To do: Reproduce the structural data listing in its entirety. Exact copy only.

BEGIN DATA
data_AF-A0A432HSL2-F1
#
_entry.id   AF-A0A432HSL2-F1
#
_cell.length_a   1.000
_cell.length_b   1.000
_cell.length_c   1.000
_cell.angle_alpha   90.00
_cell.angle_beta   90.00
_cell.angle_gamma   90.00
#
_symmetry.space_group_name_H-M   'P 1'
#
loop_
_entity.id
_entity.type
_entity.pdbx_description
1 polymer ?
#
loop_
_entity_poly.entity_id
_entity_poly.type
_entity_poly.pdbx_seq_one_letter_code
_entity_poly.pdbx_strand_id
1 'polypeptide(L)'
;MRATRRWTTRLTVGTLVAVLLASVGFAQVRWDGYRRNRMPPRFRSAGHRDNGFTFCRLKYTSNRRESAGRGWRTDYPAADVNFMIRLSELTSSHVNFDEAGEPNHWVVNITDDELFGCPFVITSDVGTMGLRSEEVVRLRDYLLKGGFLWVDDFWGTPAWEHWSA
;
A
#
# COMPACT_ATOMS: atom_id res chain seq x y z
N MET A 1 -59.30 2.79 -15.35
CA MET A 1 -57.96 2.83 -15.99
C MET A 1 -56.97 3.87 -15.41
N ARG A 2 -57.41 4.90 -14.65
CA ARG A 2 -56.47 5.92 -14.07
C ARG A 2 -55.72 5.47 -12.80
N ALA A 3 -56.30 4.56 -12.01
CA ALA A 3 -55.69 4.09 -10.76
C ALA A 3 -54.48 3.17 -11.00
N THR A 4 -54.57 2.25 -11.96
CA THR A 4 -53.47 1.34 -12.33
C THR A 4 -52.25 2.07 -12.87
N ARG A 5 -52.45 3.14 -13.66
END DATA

data_AF-A0A432HSL2-F1
#
_entry.id   AF-A0A432HSL2-F1
#
_cell.length_a   1.000
_cell.length_b   1.000
_cell.length_c   1.000
_cell.angle_alpha   90.00
_cell.angle_beta   90.00
_cell.angle_gamma   90.00
#
_symmetry.space_group_name_H-M   'P 1'
#
loop_
_entity.id
_entity.type
_entity.pdbx_description
1 polymer ?
#
loop_
_entity_poly.entity_id
_entity_poly.type
_entity_poly.pdbx_seq_one_letter_code
_entity_poly.pdbx_strand_id
1 'polypeptide(L)'
;MRATRRWTTRLTVGTLVAVLLASVGFAQVRWDGYRRNRMPPRFRSAGHRDNGFTFCRLKYTSNRRESAGRGWRTDYPAADVNFMIRLSELTSSHVNFDEAGEPNHWVVNITDDELFGCPFVITSDVGTMGLRSEEVVRLRDYLLKGGFLWVDDFWGTPAWEHWSA
;
A
#
# COMPACT_ATOMS: atom_id res chain seq x y z
N MET A 1 -59.30 2.79 -15.35
CA MET A 1 -57.96 2.83 -15.99
C MET A 1 -56.97 3.87 -15.41
N ARG A 2 -57.41 4.90 -14.65
CA ARG A 2 -56.47 5.92 -14.07
C ARG A 2 -55.72 5.47 -12.80
N ALA A 3 -56.30 4.56 -12.01
CA ALA A 3 -55.69 4.09 -10.76
C ALA A 3 -54.48 3.17 -11.00
N THR A 4 -54.57 2.25 -11.96
CA THR A 4 -53.47 1.34 -12.33
C THR A 4 -52.25 2.07 -12.87
N ARG A 5 -52.45 3.14 -13.66